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Environmental Science and Pollution Research

, Volume 26, Issue 2, pp 1706–1715 | Cite as

Effect of iron loading on the performance and structure of Fe/ZSM-5 catalyst for the selective catalytic reduction of NO with NH3

  • Xue-tao WangEmail author
  • Hai-peng Hu
  • Xing-yu Zhang
  • Xiao-xin Su
  • Xiao-dong Yang
Research Article
  • 101 Downloads

Abstract

A series of Fe/ZSM-5 catalysts with different Fe contents were prepared by impregnation method. The catalysts were characterized by TEM, XRD, H2 temperature-programed reduction (H2-TPR), temperature-programed desorption of ammonia (NH3-TPD), and in situ diffuse-reflectance infrared Fourier transform spectroscopy (DRIFTS), and the catalytic activity test was also carried out on selective catalytic reduction (SCR) denitration device. Results showed that the single metal iron-supported ZSM-5 catalyst has high deNOx activity in the medium–high temperature range, and the optimal loading of Fe active component is 10 wt%; the deNOx efficiency over 80% at the range of 350–450 °C and 431 °C reaches the maximum of 96.91%. Iron species can be finely dispersed on the surface of the carrier as amorphous oxides, and the crystalline structure of zeolite is retained. The significant redox performance, highly dispersed nanoparticles, and rich Lewis acid sites on the surface of catalyst are favorable for the SCR denitration reaction. Fe/ZSM-5 10 wt% catalyst has rich Lewis acid sites and less B acid sites and Lewis acidic sites play an important role during the reaction. Only Eley–Rideal (E-R) mechanism existed during the NH3-SCR reaction process, and there is no denitration reaction being accomplished by L-H mechanism at 150 °C.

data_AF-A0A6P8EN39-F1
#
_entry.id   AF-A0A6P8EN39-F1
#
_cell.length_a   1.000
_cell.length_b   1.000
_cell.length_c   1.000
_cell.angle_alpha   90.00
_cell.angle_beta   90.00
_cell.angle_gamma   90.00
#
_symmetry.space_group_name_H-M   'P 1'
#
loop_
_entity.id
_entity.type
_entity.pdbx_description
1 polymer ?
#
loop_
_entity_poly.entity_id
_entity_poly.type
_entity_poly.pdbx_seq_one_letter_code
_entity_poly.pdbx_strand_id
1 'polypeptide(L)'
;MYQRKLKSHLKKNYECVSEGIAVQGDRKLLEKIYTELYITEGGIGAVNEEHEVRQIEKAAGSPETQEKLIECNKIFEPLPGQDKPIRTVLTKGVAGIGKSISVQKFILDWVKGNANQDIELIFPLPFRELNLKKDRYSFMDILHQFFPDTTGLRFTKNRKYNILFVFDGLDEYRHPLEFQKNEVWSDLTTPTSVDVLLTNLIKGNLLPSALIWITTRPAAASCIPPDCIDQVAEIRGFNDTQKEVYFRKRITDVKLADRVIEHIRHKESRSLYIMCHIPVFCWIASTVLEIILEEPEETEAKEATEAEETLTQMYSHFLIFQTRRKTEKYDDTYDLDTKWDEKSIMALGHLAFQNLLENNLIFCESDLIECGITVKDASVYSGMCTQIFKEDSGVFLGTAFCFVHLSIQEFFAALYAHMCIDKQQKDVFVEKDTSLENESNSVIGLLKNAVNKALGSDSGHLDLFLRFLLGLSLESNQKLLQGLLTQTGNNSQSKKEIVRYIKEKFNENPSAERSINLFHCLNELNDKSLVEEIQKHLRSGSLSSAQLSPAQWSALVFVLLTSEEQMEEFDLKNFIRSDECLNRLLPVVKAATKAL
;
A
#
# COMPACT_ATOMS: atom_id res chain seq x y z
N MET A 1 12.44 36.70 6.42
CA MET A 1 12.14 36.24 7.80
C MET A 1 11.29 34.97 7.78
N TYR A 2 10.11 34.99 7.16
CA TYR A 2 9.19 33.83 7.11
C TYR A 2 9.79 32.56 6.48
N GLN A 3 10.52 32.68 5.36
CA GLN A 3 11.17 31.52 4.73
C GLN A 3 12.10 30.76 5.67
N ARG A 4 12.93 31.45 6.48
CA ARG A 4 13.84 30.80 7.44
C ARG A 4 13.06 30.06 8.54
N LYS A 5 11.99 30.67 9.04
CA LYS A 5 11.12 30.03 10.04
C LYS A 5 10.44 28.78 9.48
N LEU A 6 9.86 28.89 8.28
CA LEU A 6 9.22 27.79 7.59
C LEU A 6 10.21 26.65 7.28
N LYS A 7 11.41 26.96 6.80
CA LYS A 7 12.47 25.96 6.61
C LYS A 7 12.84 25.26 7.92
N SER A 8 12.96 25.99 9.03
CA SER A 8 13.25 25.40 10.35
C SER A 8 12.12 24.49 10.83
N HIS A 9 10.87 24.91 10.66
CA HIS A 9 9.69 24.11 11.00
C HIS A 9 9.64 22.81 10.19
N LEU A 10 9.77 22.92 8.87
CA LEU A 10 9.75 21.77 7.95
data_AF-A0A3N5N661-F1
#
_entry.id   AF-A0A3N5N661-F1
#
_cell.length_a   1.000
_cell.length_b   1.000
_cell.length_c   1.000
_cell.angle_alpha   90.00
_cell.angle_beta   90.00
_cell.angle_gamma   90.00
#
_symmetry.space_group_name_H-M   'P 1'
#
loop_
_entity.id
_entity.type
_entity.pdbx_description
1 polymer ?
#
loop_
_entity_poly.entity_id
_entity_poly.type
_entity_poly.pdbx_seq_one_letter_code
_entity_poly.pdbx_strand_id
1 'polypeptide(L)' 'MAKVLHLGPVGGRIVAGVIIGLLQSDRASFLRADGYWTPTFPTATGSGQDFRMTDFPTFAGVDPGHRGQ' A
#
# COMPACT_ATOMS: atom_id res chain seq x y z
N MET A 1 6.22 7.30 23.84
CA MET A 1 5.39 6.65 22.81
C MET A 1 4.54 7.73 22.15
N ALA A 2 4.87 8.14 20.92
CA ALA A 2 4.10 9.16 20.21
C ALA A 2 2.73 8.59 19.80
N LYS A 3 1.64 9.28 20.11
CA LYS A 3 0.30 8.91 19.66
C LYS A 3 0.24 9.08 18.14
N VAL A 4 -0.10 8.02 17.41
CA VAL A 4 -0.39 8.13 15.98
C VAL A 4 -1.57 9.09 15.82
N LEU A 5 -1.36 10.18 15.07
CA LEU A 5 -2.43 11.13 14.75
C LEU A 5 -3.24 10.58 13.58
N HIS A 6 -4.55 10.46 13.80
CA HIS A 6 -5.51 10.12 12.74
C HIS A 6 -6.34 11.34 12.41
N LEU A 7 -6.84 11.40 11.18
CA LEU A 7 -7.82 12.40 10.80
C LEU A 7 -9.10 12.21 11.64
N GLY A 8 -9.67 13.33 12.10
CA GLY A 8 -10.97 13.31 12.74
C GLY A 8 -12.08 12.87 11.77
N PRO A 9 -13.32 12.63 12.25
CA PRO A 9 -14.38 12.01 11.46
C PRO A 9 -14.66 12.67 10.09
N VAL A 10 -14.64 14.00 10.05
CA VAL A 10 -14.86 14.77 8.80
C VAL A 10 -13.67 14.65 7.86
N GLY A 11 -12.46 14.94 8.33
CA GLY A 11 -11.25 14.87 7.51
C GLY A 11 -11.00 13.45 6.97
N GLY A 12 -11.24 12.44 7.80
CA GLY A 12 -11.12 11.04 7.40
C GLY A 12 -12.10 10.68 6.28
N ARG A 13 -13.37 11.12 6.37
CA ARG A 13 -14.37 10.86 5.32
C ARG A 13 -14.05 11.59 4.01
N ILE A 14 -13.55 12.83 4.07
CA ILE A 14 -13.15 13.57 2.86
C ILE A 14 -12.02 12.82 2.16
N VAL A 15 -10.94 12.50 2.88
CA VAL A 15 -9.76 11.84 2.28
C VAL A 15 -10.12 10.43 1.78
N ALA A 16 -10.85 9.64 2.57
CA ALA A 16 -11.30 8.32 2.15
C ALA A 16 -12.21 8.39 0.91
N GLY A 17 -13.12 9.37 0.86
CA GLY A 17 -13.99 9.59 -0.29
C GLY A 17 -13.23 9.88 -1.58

Keywords

Fe/ZSM-5 SCR DeNOx In situ DRIFTS Reaction mechanism 

Notes

Funding information

This work was supported by the National Natural Science Foundation of China (Nos. 50806020, 51506046), Excellent Youth Foundation of Henan Scientific Committee (No. 114100510010), and National Natural Science Foundation of Henan Province (No. 182300410256).

Supplementary material

11356_2018_3513_MOESM1_ESM.doc (27 kb)
ESM 1 (DOC 27 kb)

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Copyright information

© Springer-Verlag GmbH Germany, part of Springer Nature 2018

Authors and Affiliations

  1. 1.Department of Energy and Power EngineeringHenan University of Science and TechnologyLuoyangChina
  2. 2.National Engineering Lab of Coal-fired Pollution Emission ReductionShandong UniversityJinanChina

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